Does anybody know the actual fps of an iphone or ipad screen? Many of my videos are at 23.97fps, but I doubt that is truly displayed on an iOS device.
     
subego
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Jul 25, 2010, 12:38 PM
 
Originally Posted by The Godfather View Post
Many of my videos are at 23.97fps, but I doubt that is truly displayed on an iOS device.
Why?
     
The Godfather
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Jul 25, 2010, 01:22 PM
 
Originally Posted by subego View Post
Why?
Because I've seen LCD refresh rates of 30, 60, 75 Hz, not 23.97.
     
subego
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Jul 25, 2010, 03:08 PM
 
Originally Posted by The Godfather View Post
Because I've seen LCD refresh rates of 30, 60, 75 Hz, not 23.97.
As I understand it, those would be maximum refresh rates. Assuming your source frame rate is less than this, the display will change its pixels at the rate it's fed the change.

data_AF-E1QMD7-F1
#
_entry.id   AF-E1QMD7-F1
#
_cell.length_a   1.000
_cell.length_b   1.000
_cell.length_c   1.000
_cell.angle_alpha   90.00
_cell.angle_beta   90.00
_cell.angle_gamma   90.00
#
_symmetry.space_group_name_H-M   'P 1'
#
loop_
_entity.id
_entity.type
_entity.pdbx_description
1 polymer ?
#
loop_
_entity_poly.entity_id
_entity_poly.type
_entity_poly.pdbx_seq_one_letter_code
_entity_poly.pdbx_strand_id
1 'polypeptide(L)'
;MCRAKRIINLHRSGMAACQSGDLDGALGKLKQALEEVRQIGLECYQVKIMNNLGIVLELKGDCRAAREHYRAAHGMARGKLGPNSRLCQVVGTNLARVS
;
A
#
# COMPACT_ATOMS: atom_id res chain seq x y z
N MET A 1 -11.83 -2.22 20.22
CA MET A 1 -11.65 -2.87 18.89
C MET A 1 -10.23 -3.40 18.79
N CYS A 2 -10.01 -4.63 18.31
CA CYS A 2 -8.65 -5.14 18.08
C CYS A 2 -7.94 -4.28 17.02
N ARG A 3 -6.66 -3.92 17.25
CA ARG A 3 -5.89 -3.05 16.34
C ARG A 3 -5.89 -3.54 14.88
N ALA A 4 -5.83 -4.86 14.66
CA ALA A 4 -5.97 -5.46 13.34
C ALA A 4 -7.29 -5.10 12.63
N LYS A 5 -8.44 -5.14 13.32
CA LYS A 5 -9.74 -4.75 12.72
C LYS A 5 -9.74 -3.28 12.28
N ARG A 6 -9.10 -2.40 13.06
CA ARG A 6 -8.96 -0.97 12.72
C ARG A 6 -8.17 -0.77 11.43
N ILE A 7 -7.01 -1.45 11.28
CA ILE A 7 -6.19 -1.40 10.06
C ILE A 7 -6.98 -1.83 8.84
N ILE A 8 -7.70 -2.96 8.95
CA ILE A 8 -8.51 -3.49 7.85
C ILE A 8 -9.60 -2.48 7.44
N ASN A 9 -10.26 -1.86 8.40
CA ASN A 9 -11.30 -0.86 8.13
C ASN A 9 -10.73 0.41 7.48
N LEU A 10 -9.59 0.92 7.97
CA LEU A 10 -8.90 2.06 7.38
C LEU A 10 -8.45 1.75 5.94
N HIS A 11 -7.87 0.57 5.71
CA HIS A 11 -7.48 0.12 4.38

I could be wrong though.
     
Spheric Harlot
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Jul 25, 2010, 03:20 PM
 
The LCD "refresh rate" AFAIK is complete hogwash most of the time, as LCD's pixels need constant voltage, and there's always a lag between changing voltage states.

The electronics can poll the bus and pass that state on to the pixel transistors as often as they like (="refresh rate"), but polling at 75 Hz doesn't do jack shit if the pixel needs 300 ms to fade from black to white.
     
The Godfather
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Jul 25, 2010, 08:35 PM
 
If that's the case, I could re-encode at 3 FPS and I wouldn't notice the difference?
     
subego
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Jul 25, 2010, 08:45 PM